The idea was that the former Zags would express how proud they were of this team, the one that finally broke through to the Final Four. But the reverse occurred. “These are the O.G.s,” Williams-Goss said, and he and grad-transfer guard Jordan Mathews instigated a team-wide standing ovation for the old players.
The message was that everyone in the room was part of what Morrison calls “this amazing, organic movement.” It’s crazy, he says, “that they could go from—and how do I say this P.C.—slow white guys to McDonald’s All-American type players.”
The lights went back down, and everyone—the slow white guys, the even slower white guys and the five-star recruits—watched a three-minute video that graduate assistant Ken Nakagawa had compiled. It was set to One Shining Moment, but it was all Zags: it showcased scenes from their 2017 tourney run interspersed with clips from their classic victories of the past. Their trip to the title game—even though it came up a few possessions short—was the culmination of a program’s unique and unimaginable rise out of the unknown.
To better understand how Gonzaga got here, it’s worth remembering that not so long ago, it was chasing perfection. As the Zags headed into their final regular-season game—against BYU at home on Feb. 25—they were 29–0, with a kenpom.com win probability estimate of 98.6% against the Cougars, and nearly 70% odds of finishing the WCC tournament unbeaten. Gonzaga was ranked No. 1 by every efficiency-based metric, and it was reasonable to wonder if it could become the first undefeated national champ since Indiana in 1975–76.
The BYU game was supposed to be a coronation. Commemorative 30–0 branded sections of the local paper, the Spokesman-Review were pre-printed and in boxes at the arena, as were t-shirts celebrating the perfect regular season. The Cougars proceeded to shoot 50.0% from inside the arc and pull off one of the season’s biggest upsets, a 79–71 win. The papers and t-shirts disappeared, and senior-night speeches for Karnowski, guard Mathews and walk-on Rem Bakamus were somber and abbreviated. “It was kind of a traumatic thing for the team,” says Lloyd. “We had it in the palm of our hands and let it slip away. It would have been better for them to lose game 26 than game 30.”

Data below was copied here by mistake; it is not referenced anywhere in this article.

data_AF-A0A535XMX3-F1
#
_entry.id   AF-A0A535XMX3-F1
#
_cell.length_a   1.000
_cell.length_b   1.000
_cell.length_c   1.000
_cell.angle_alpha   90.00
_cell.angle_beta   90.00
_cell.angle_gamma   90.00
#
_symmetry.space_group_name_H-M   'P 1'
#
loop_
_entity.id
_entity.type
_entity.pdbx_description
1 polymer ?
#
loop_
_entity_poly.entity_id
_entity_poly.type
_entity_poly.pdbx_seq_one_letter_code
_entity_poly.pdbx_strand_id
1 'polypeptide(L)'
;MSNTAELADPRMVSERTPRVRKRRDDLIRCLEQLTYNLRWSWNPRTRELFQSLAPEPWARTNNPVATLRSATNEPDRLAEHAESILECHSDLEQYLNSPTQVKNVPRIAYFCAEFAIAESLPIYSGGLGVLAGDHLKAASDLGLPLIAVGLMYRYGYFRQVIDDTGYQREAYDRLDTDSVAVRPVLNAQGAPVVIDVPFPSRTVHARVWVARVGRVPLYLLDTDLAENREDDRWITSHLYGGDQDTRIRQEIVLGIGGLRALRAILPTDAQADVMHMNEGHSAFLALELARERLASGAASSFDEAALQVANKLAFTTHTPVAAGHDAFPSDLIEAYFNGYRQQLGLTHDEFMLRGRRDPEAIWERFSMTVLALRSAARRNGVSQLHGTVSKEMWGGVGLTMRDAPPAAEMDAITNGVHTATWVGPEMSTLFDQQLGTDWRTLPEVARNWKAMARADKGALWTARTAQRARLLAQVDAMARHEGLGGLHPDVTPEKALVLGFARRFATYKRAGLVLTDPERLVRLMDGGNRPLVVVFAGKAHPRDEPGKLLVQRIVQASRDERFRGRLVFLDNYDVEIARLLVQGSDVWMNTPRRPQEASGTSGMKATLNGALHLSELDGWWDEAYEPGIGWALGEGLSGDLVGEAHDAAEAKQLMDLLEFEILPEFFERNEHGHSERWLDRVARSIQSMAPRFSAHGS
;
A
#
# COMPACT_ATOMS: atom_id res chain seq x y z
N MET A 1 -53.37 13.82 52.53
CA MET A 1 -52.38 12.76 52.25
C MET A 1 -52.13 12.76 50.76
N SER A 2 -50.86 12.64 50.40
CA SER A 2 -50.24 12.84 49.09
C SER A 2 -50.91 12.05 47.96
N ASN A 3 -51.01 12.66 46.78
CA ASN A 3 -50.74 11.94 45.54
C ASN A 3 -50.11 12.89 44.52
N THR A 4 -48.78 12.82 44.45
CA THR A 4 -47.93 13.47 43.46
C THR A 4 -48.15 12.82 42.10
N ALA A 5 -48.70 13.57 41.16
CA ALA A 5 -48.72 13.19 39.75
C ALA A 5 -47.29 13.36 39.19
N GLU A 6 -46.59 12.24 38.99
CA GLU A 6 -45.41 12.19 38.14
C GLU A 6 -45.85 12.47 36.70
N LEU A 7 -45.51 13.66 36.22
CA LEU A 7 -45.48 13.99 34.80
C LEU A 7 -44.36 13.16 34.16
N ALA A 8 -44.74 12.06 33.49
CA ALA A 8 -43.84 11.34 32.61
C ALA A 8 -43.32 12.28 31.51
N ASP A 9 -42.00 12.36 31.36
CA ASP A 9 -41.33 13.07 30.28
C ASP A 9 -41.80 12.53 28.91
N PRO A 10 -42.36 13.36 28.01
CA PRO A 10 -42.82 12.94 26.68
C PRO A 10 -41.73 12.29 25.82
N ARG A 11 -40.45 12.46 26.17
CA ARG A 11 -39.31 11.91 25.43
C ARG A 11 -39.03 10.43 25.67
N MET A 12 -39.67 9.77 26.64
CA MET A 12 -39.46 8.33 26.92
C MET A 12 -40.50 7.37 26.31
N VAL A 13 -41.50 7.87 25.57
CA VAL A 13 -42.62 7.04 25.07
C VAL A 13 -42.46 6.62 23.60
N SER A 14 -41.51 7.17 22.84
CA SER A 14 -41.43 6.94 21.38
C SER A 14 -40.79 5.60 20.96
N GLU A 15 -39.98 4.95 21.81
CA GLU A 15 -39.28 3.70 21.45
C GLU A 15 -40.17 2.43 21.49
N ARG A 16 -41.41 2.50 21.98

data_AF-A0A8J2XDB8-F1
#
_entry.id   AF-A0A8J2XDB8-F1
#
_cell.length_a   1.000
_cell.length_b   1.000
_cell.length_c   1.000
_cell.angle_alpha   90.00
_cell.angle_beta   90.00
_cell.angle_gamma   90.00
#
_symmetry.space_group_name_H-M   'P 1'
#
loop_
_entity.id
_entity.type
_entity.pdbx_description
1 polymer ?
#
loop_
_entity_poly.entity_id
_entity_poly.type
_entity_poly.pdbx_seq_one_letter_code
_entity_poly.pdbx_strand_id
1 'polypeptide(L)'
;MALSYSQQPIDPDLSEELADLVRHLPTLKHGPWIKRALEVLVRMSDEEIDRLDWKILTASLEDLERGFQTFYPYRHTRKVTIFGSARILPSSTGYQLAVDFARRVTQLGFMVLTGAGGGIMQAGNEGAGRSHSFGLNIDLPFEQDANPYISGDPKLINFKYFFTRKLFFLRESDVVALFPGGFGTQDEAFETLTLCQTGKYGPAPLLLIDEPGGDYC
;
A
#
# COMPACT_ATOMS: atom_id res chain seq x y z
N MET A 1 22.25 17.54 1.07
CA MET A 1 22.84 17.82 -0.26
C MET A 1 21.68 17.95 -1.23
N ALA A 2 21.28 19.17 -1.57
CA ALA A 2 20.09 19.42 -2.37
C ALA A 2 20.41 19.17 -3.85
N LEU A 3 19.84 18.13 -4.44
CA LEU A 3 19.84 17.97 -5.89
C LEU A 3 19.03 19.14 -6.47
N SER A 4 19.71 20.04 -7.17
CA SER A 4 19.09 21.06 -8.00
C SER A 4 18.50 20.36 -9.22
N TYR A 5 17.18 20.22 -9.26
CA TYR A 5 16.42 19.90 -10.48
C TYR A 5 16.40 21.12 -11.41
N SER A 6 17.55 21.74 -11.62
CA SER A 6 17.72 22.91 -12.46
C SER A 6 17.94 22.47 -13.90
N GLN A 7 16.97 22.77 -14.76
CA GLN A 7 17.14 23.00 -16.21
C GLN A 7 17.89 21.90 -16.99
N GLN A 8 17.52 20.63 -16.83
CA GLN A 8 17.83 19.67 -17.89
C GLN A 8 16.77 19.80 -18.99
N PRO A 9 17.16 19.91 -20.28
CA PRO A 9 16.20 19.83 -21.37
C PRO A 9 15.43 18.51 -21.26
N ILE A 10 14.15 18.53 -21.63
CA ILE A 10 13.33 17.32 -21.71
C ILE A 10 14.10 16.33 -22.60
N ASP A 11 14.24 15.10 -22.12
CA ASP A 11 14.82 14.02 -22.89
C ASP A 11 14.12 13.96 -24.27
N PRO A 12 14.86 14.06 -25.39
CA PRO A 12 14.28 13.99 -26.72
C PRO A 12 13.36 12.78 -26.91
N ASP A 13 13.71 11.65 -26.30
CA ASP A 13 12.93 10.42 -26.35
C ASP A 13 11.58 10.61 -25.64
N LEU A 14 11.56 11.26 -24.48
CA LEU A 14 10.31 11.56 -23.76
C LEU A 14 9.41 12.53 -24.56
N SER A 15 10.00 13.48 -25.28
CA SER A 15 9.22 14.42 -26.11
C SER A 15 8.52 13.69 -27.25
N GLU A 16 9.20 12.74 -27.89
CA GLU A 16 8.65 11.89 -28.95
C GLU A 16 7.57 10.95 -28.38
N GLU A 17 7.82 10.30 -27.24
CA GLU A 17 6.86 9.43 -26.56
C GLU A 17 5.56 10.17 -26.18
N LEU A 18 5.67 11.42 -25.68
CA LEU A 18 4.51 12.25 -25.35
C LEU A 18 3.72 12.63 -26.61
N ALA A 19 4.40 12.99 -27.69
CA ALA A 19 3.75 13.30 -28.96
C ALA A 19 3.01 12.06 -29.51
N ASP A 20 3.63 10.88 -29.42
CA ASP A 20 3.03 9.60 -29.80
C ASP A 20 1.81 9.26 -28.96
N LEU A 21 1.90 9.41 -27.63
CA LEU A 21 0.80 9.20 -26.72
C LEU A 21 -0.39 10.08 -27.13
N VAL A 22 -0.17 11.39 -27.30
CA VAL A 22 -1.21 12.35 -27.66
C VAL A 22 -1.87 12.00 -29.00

No one was more impacted by the BYU loss than Perkins, who committed two crucial turnovers in the final minute. “He was devastated, he lost some of his confidence and we could see it in his body language,” Lloyd says. “But all these other issues finally came to the surface too. Everybody had been sacrificing all year for the greater good, and now it was being tested.”
There was the question of who should have the ball in endgame situations; the Zags had tried to make Williams-Goss into a closer, but they’d been so dominant in WCC play that they hadn’t been in a game that needed closing since December. In practice and in the early part of the WCC tournament, Lloyd says he could see Williams-Goss getting more aggressive, “like a man on a mission”; meanwhile their talented centers, Karnowski and his McDonald’s All-American backup, Zach Collins, were craving more post touches, and “suddenly, it was like we lost the rhythm of playing as a team. It was like everybody was on their own island, and we weren’t connected.”
Gonzaga players noticed a general malaise too, and on their off-day at the WCC tournament in Las Vegas, following a win over last-place Pacific that featured an abysmal first half, Mathews called his teammates together for a meeting in the hotel room he shared with fellow transfer Jeremy Jones. “We just felt like something was off and we wanted to hash it out,” Mathews says. In the 2016 off-season he’d completed six classes in 12 weeks at Cal so he could graduate and become immediately eligible at Gonzaga, with the goal of closing his career with a deep NCAA tournament run. Mathews told his teammates that he didn’t want to look back on this as a what-we-could’ve-done situation. “Let’s just do it now,” he said. The 7' 1″ Karnowski, with his booming, Polish-accented voice, said he wanted to see a return of their midseason level of joy and emotion. “Let’s not,” he said, “get bored of winning.”